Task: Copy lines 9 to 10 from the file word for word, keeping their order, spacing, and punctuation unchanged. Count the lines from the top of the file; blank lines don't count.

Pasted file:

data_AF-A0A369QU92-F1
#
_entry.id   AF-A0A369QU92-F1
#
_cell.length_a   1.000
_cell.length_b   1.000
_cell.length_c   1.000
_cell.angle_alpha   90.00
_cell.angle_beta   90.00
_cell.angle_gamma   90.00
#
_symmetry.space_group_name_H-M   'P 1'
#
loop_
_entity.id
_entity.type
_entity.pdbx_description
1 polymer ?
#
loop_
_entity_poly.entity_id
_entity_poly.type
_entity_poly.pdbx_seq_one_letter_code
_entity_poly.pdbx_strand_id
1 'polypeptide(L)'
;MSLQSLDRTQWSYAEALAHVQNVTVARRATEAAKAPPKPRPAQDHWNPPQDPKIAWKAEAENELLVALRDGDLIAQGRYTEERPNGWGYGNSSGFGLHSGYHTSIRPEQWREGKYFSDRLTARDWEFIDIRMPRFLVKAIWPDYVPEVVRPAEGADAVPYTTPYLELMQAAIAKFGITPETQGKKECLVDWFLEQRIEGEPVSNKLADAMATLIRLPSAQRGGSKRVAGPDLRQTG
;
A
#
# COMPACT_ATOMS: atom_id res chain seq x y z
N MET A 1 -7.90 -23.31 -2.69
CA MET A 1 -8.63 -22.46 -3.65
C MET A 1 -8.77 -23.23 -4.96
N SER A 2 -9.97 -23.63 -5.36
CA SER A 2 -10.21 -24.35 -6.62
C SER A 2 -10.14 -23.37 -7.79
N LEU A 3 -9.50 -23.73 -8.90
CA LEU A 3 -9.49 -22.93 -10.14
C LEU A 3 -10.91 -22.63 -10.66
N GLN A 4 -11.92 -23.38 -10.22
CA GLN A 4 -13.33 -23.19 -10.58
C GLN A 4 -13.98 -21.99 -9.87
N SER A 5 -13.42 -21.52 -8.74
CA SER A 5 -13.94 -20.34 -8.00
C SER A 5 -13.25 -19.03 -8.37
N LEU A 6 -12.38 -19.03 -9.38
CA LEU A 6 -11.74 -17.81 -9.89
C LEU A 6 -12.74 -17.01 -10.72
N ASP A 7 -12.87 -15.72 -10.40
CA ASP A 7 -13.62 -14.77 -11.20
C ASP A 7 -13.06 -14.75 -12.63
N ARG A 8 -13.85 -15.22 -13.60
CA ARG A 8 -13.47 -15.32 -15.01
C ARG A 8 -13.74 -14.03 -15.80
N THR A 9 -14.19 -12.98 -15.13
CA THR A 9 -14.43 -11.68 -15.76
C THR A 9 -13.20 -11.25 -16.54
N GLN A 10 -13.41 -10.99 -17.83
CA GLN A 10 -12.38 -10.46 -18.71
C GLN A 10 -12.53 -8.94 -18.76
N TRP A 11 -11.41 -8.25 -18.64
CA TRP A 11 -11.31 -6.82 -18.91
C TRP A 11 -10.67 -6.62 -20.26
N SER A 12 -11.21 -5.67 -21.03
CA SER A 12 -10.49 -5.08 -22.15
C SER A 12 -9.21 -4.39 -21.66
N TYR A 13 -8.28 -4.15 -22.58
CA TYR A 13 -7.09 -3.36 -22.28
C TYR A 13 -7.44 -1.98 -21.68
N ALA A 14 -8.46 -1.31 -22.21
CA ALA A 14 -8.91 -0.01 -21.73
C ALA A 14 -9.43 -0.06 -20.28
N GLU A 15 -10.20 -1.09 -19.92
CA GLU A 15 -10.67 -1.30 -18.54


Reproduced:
_cell.angle_beta   90.00
_cell.angle_gamma   90.00